Apostolic Nuncio to Philippines remembers destructive 2013 typhoon
(Vatican Radio) The Apostolic Nuncio to the Philippines, Archbishop Giuseppe Pinto, says he is looking forward to welcoming Pope Francis upon his arrival in Manila 15 January. He says the archipelago, Asia’s biggest Catholic nation, is still attempting to rebuild after the devastation caused by Typhoon Haiyan (or Yolanda) in November 2013. 7,300 people were either confirmed dead or missing and tens of thousands of homes, businesses, healthcare facilities and schools were damaged or destroyed in the wake of Haiyan.
The head of Vatican Radio’s English Service, Sean Patrick Lovett, spoke with Archbishop Pinto about his visit to one of the hardest hit areas, Tacloban, for Christmas that year – just weeks after the deadly storm.
Listen to Sean Patrick Lovett’s interview with Archbishop Pinto:
“I saw destruction everywhere but people were ready to start again with their faith…” says the Archbishop.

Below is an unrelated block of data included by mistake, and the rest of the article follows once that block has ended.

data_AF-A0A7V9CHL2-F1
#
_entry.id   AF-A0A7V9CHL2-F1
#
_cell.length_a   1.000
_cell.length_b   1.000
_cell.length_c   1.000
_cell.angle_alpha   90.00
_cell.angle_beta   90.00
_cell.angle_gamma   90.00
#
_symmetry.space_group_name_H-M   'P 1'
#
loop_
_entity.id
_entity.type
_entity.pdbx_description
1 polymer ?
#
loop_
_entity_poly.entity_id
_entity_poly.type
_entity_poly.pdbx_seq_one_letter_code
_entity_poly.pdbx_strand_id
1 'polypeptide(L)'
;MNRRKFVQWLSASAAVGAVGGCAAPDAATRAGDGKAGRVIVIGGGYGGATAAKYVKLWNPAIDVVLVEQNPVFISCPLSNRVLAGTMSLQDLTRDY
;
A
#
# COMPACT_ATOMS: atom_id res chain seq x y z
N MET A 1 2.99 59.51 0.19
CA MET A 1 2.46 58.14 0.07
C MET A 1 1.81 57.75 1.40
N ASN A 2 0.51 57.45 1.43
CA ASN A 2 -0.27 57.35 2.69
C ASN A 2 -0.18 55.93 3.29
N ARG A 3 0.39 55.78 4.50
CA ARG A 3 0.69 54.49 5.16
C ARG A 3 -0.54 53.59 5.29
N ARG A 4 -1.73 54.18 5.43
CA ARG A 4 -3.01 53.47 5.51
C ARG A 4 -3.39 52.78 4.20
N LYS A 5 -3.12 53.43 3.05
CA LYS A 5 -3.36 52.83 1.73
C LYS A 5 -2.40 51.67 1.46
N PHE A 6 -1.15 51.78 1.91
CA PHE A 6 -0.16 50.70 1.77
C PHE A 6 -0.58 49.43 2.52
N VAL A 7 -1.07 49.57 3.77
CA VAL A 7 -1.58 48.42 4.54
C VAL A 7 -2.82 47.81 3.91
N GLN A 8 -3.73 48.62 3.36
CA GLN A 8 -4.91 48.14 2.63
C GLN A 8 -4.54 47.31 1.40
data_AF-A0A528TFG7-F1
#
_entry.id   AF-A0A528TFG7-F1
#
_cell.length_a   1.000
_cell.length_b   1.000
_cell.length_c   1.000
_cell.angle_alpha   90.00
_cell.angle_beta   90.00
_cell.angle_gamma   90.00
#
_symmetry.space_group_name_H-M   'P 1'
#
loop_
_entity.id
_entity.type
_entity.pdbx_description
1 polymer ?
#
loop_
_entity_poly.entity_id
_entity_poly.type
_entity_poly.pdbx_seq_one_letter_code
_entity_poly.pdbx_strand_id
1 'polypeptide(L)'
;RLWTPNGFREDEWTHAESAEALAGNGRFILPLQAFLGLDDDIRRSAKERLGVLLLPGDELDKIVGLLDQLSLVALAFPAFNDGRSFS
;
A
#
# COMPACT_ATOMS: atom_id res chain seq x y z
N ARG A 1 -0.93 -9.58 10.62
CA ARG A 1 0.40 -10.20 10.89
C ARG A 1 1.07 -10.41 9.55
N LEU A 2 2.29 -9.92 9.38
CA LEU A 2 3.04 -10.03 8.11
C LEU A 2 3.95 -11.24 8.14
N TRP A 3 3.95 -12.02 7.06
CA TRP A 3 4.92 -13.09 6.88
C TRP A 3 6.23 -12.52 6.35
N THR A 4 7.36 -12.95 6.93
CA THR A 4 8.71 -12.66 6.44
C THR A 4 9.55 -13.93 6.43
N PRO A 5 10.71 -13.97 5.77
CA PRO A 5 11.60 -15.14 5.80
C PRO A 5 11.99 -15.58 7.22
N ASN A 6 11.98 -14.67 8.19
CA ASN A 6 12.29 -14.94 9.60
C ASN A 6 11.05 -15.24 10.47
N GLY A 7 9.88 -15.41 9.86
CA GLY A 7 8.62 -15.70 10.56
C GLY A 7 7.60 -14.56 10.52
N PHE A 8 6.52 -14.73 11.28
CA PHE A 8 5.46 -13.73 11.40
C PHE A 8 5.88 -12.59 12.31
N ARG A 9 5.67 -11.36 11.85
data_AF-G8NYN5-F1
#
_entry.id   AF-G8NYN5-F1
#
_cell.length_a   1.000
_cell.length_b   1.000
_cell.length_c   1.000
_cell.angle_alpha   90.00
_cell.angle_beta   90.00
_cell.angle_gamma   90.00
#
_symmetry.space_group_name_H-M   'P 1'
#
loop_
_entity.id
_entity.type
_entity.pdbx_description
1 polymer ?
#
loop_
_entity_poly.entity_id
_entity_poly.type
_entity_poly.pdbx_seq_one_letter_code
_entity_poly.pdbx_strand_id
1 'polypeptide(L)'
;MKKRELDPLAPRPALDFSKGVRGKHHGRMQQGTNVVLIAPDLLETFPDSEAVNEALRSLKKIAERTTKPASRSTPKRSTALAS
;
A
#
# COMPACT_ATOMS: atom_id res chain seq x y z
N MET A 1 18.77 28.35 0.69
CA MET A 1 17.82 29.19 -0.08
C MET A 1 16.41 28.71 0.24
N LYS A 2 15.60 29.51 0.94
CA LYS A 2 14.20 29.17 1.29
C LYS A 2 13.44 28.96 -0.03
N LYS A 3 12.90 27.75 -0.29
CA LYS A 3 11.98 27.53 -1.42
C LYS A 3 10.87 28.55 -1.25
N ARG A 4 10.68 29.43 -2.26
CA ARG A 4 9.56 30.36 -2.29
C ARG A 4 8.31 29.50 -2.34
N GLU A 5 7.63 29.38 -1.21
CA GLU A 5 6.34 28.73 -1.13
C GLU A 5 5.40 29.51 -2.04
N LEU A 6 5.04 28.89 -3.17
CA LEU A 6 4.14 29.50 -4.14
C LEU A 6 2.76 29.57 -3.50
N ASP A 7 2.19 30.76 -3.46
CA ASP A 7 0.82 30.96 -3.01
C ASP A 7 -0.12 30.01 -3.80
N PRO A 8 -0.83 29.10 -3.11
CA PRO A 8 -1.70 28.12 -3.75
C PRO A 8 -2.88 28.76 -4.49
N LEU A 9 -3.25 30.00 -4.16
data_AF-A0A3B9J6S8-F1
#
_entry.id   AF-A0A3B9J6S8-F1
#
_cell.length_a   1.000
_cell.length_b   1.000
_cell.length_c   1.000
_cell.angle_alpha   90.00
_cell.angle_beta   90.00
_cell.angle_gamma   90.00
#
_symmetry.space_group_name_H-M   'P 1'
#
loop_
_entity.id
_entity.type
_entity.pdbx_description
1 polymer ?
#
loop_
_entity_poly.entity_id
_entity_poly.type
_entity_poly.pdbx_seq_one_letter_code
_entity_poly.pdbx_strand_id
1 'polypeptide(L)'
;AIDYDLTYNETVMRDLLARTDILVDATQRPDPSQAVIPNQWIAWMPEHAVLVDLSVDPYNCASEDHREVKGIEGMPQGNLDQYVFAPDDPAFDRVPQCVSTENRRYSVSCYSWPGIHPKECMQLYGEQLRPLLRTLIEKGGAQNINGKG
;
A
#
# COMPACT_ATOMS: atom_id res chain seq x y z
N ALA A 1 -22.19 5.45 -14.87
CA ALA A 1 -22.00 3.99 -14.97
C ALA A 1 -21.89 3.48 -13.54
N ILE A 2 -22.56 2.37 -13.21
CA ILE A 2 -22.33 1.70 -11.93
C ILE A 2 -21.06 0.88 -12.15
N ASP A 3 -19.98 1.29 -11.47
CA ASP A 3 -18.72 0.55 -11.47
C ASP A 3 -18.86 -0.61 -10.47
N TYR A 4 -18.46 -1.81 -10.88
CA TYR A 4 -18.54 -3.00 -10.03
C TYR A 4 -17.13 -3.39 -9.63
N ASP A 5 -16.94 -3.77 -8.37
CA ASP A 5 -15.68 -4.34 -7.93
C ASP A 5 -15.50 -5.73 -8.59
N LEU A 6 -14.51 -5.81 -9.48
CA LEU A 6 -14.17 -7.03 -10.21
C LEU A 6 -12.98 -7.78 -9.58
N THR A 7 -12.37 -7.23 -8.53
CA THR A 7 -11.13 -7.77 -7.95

The nuncio agrees that many Filipinos feel that their faith is stronger than a typhoon though it was put to the ultimate test in Tacloban, the “ground zero” of the storm. “Thousands of people lost everything.”
He adds that while many international aid agencies had set up operations to assist the local population and were greatly appreciated, the local community was not ready to give up, saying ‘we do what we can.’ “Because reconstructing thousands and thousands of homes will take 9-10 years,” admits the nuncio. “It is not easy because even the place is not easy to reach. “
Archbishop Pinto describes how two statues, of St. Joseph and of the Virgin Mary, were found standing upright, and intact, amid the typhoon’s debris. The local archbishop, he notes, went down into the destroyed chapel and risking his life, dug out the tabernacle containing the Eucharist. He recounts how the archbishop then gave the tabernacle a new home in his own house by constructing a temporary chapel with left-over materials like stones and wood.